And, yes, the one cable. One cable cut, and a country's ability to communicate with its space infrastructure is severed, as well.
Severed but, apparently, not severe. The ultimate impact of the severed communication was negligible, insist Roscosmos officials. While "civilian satellites cannot be sent orders," Space Safety Magazine's Merryl Azriel noted during the incident, "they do continue to downlink to their usual ground stations. Military satellites are not controlled from the same location, and so were spared all effects." And NASA, for its part, was able to step in to aid Roscosmos. Moscow Mission Control simply routed its communications through Houston -- so while Roscosmos wasn't able to send commands to ISS hardware during the time of the silence, it was ultimately able to communicate with its ISS-bound crew even as its primary connection to them was compromised.
Which is a nice thing when it comes to international cooperation ... but a less nice thing when it comes to Russia's space infrastructure. Though the U.S. space agency also downplayed the significance of the cable-severing -- a torn cable, NASA spokesman Josh Byerly told the AFP, "happens from time to time" -- it's hard not to see this as an embarrassment for Russia, which has recently seen several similar malfunctions in its space program. Already, bickering among Russia's telecom operators has commenced, with one operator (Akado) claiming that another (Rostelecom) had purposely tampered with the cable as a kind of extraterrestrial sabotage.
Whatever the cause of the accident, though, we know this: It was human in origin. And it's hard not to see this particular glitch as worrying for future ISS operations. On Monday, as the space station's Expedition 33 comes to a close, a Soyuz capsule will take three of the astronauts currently aboard the ISS -- the U.S.'s Sunita Williams, Japan's Akihiko Hoshide, and Russia's Yury Malenchenko -- back to Earth. (They'll land in Kazakhstan.) The homecoming will be, as so much is when it comes to the ISS, a international collaboration. One hopes that the infrastructure that will come together to make that homecoming possible will be fully functional.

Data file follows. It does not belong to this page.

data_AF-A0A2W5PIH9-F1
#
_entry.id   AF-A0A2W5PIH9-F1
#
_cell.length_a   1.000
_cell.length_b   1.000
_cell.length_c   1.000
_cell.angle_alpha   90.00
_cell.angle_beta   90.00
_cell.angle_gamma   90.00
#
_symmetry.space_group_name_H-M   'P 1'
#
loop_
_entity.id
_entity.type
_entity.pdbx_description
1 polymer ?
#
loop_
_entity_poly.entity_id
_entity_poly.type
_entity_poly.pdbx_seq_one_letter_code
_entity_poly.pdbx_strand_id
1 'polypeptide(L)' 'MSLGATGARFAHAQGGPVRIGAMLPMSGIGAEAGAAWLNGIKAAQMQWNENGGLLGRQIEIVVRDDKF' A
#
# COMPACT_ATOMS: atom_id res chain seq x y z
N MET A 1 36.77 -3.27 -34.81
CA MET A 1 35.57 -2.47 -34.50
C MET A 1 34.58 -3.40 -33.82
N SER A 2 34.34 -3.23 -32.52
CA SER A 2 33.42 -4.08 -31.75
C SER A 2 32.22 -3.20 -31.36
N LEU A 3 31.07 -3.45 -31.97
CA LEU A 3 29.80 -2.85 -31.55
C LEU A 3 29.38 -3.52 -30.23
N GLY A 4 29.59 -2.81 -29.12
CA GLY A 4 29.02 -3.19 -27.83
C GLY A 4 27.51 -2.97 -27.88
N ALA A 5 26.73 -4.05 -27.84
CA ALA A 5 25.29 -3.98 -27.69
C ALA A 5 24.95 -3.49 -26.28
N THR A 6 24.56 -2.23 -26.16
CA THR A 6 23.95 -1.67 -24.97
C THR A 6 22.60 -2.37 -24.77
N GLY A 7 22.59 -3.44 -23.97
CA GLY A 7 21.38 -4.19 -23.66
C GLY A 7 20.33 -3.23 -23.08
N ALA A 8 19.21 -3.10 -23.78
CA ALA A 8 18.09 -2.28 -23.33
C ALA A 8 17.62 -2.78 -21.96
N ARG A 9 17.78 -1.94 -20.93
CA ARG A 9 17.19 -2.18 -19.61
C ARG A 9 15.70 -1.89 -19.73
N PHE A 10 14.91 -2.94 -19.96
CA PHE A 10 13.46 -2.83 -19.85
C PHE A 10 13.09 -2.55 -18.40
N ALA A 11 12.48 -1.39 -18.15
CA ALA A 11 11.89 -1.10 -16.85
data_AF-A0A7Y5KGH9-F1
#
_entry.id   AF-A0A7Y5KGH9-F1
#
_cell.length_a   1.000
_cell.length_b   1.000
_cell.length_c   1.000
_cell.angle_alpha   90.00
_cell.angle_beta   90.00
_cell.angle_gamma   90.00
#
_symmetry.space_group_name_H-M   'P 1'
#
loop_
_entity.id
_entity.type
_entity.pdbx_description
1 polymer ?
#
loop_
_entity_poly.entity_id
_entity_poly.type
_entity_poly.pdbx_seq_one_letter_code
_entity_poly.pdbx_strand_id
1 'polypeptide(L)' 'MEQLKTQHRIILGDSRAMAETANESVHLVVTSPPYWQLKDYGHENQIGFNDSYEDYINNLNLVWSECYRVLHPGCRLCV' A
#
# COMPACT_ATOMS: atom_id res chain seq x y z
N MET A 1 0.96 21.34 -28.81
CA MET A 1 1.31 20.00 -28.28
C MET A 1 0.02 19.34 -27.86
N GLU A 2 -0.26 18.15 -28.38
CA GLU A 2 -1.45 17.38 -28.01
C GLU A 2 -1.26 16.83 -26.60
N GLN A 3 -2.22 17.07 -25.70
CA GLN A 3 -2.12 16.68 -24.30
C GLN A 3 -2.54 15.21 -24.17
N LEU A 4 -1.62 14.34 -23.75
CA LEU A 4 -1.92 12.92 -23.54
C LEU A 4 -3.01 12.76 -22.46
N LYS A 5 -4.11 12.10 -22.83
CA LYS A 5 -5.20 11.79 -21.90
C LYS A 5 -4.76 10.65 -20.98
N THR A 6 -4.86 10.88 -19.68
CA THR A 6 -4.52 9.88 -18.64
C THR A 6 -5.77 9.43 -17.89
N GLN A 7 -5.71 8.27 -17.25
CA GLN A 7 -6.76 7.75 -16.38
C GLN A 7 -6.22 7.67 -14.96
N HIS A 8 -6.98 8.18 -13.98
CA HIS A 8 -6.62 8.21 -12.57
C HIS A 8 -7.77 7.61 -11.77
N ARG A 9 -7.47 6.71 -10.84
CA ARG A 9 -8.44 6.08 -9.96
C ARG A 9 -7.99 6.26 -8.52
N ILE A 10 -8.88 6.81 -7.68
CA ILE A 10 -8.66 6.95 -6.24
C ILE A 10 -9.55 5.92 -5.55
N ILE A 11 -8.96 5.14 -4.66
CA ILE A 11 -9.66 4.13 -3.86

Then again: hopes. More than anything, the severed cable is a reminder of the fragility of the machines we rely on to keep us and the things we care about safe when they are beyond our grasp. The slightest malfunction in a space vehicle, whether it's a suit lining or an oxygen tank or a piece of foam, can have disastrous -- and tragic -- consequences. We explore the world beyond our own armed with the best knowledge we have and the best tools we've fashioned to put it to use ... but we explore it, too, with a measure of faith. Our connection to space is tenuous -- as thin and as fragile as the cables we use to connect us here on Earth. Just as a single ship's anchor can disrupt Internet access across several countries -- just as a 75-year-old woman can cut off Internet access to all of Armenia -- our link to the objects we've put into space can be severed in an instant.
Unless, of course, we build into our infrastructure redundancies and failsafes -- measures to ensure that human flaws cannot become technical ones. To ensure that road crews cannot, knowingly or otherwise, sever our link to space. "In Soviet times, we had reserve cables for these cases," an expert told RIA Novosti. "But in 1990s, they were eliminated. Now we don't have backups."